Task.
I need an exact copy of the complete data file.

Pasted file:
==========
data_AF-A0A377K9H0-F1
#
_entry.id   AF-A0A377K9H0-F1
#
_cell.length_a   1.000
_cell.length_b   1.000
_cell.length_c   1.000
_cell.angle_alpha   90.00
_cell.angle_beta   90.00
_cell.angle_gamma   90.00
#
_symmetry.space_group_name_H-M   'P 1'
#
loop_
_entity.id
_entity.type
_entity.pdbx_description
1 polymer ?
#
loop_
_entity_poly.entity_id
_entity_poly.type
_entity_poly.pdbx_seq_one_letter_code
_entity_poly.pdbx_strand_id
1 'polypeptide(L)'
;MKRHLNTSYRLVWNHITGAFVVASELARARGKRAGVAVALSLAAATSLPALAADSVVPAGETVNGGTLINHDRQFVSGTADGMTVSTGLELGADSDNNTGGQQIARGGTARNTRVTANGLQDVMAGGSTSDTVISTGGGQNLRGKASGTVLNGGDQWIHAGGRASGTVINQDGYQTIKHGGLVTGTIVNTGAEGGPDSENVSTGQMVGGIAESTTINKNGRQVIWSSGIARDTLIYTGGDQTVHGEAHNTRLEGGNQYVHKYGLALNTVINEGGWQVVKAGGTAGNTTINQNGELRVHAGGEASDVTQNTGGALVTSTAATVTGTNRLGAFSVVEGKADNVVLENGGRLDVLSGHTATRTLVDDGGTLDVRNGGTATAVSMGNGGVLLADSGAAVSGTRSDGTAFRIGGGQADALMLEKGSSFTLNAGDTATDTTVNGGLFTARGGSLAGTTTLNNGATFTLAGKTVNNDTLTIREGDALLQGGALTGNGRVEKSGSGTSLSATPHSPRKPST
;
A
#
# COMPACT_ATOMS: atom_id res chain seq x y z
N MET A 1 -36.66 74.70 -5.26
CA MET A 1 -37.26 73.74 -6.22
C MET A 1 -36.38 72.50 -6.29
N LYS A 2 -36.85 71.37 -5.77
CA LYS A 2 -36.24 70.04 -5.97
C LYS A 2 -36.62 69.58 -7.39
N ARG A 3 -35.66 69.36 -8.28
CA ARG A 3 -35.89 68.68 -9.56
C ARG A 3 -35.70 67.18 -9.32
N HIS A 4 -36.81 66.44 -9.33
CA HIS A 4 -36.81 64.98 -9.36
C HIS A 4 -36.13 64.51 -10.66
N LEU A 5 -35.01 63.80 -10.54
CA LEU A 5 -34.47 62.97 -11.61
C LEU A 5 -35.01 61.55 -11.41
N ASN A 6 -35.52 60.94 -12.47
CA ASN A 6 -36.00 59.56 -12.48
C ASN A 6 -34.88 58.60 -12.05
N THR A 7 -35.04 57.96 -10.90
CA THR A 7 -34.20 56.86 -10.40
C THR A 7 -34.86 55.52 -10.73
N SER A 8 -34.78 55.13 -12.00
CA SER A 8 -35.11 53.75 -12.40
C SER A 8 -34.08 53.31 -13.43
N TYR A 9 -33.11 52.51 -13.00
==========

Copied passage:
data_AF-A0A377K9H0-F1
#
_entry.id   AF-A0A377K9H0-F1
#
_cell.length_a   1.000
_cell.length_b   1.000
_cell.length_c   1.000
_cell.angle_alpha   90.00
_cell.angle_beta   90.00
_cell.angle_gamma   90.00
#
_symmetry.space_group_name_H-M   'P 1'
#
loop_
_entity.id
_entity.type
_entity.pdbx_description
1 polymer ?
#
loop_
_entity_poly.entity_id
_entity_poly.type
_entity_poly.pdbx_seq_one_letter_code
_entity_poly.pdbx_strand_id
1 'polypeptide(L)'
;MKRHLNTSYRLVWNHITGAFVVASELARARGKRAGVAVALSLAAATSLPALAADSVVPAGETVNGGTLINHDRQFVSGTADGMTVSTGLELGADSDNNTGGQQIARGGTARNTRVTANGLQDVMAGGSTSDTVISTGGGQNLRGKASGTVLNGGDQWIHAGGRASGTVINQDGYQTIKHGGLVTGTIVNTGAEGGPDSENVSTGQMVGGIAESTTINKNGRQVIWSSGIARDTLIYTGGDQTVHGEAHNTRLEGGNQYVHKYGLALNTVINEGGWQVVKAGGTAGNTTINQNGELRVHAGGEASDVTQNTGGALVTSTAATVTGTNRLGAFSVVEGKADNVVLENGGRLDVLSGHTATRTLVDDGGTLDVRNGGTATAVSMGNGGVLLADSGAAVSGTRSDGTAFRIGGGQADALMLEKGSSFTLNAGDTATDTTVNGGLFTARGGSLAGTTTLNNGATFTLAGKTVNNDTLTIREGDALLQGGALTGNGRVEKSGSGTSLSATPHSPRKPST
;
A
#
# COMPACT_ATOMS: atom_id res chain seq x y z
N MET A 1 -36.66 74.70 -5.26
CA MET A 1 -37.26 73.74 -6.22
C MET A 1 -36.38 72.50 -6.29
N LYS A 2 -36.85 71.37 -5.77
CA LYS A 2 -36.24 70.04 -5.97
C LYS A 2 -36.62 69.58 -7.39
N ARG A 3 -35.66 69.36 -8.28
CA ARG A 3 -35.89 68.68 -9.56
C ARG A 3 -35.70 67.18 -9.32
N HIS A 4 -36.81 66.44 -9.33
CA HIS A 4 -36.81 64.98 -9.36
C HIS A 4 -36.13 64.51 -10.66
N LEU A 5 -35.01 63.80 -10.54
CA LEU A 5 -34.47 62.97 -11.61
C LEU A 5 -35.01 61.55 -11.41
N ASN A 6 -35.52 60.94 -12.47
CA ASN A 6 -36.00 59.56 -12.48
C ASN A 6 -34.88 58.60 -12.05
N THR A 7 -35.04 57.96 -10.90
CA THR A 7 -34.20 56.86 -10.40
C THR A 7 -34.86 55.52 -10.73
N SER A 8 -34.78 55.13 -12.00
CA SER A 8 -35.11 53.75 -12.40
C SER A 8 -34.08 53.31 -13.43
N TYR A 9 -33.11 52.51 -13.00